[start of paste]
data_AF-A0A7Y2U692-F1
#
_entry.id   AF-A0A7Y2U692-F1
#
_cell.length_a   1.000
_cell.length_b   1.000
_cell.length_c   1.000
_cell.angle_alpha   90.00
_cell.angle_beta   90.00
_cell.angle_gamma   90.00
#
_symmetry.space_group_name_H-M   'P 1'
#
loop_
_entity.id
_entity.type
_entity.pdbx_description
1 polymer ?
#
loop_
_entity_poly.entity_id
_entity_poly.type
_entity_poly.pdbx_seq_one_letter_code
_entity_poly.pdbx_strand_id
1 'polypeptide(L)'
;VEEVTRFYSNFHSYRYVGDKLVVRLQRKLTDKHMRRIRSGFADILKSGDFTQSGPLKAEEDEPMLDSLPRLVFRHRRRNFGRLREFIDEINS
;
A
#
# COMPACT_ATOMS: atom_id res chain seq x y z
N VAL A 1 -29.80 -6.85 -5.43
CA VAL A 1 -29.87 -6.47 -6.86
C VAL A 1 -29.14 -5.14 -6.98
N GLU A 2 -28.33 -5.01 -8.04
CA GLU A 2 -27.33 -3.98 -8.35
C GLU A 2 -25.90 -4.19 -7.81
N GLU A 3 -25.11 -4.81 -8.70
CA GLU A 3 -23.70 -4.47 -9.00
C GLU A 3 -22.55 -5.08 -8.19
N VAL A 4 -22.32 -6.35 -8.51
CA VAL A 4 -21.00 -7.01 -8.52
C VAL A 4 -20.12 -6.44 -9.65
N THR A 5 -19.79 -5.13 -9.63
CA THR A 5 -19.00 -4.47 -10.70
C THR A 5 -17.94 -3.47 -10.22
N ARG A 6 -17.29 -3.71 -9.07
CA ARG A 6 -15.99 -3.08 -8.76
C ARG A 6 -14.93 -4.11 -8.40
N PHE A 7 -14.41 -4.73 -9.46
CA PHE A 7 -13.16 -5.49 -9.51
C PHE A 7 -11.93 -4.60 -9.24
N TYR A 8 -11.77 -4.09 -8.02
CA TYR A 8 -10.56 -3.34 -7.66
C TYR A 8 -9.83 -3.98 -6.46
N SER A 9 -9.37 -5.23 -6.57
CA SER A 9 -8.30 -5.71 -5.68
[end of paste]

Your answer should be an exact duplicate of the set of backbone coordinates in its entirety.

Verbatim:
data_AF-A0A7Y2U692-F1
#
_entry.id   AF-A0A7Y2U692-F1
#
_cell.length_a   1.000
_cell.length_b   1.000
_cell.length_c   1.000
_cell.angle_alpha   90.00
_cell.angle_beta   90.00
_cell.angle_gamma   90.00
#
_symmetry.space_group_name_H-M   'P 1'
#
loop_
_entity.id
_entity.type
_entity.pdbx_description
1 polymer ?
#
loop_
_entity_poly.entity_id
_entity_poly.type
_entity_poly.pdbx_seq_one_letter_code
_entity_poly.pdbx_strand_id
1 'polypeptide(L)'
;VEEVTRFYSNFHSYRYVGDKLVVRLQRKLTDKHMRRIRSGFADILKSGDFTQSGPLKAEEDEPMLDSLPRLVFRHRRRNFGRLREFIDEINS
;
A
#
# COMPACT_ATOMS: atom_id res chain seq x y z
N VAL A 1 -29.80 -6.85 -5.43
CA VAL A 1 -29.87 -6.47 -6.86
C VAL A 1 -29.14 -5.14 -6.98
N GLU A 2 -28.33 -5.01 -8.04
CA GLU A 2 -27.33 -3.98 -8.35
C GLU A 2 -25.90 -4.19 -7.81
N GLU A 3 -25.11 -4.81 -8.70
CA GLU A 3 -23.70 -4.47 -9.00
C GLU A 3 -22.55 -5.08 -8.19
N VAL A 4 -22.32 -6.35 -8.51
CA VAL A 4 -21.00 -7.01 -8.52
C VAL A 4 -20.12 -6.44 -9.65
N THR A 5 -19.79 -5.13 -9.63
CA THR A 5 -19.00 -4.47 -10.70
C THR A 5 -17.94 -3.47 -10.22
N ARG A 6 -17.29 -3.71 -9.07
CA ARG A 6 -15.99 -3.08 -8.76
C ARG A 6 -14.93 -4.11 -8.40
N PHE A 7 -14.41 -4.73 -9.46
CA PHE A 7 -13.16 -5.49 -9.51
C PHE A 7 -11.93 -4.60 -9.24
N TYR A 8 -11.77 -4.09 -8.02
CA TYR A 8 -10.56 -3.34 -7.66
C TYR A 8 -9.83 -3.98 -6.46
N SER A 9 -9.37 -5.23 -6.57
CA SER A 9 -8.30 -5.71 -5.68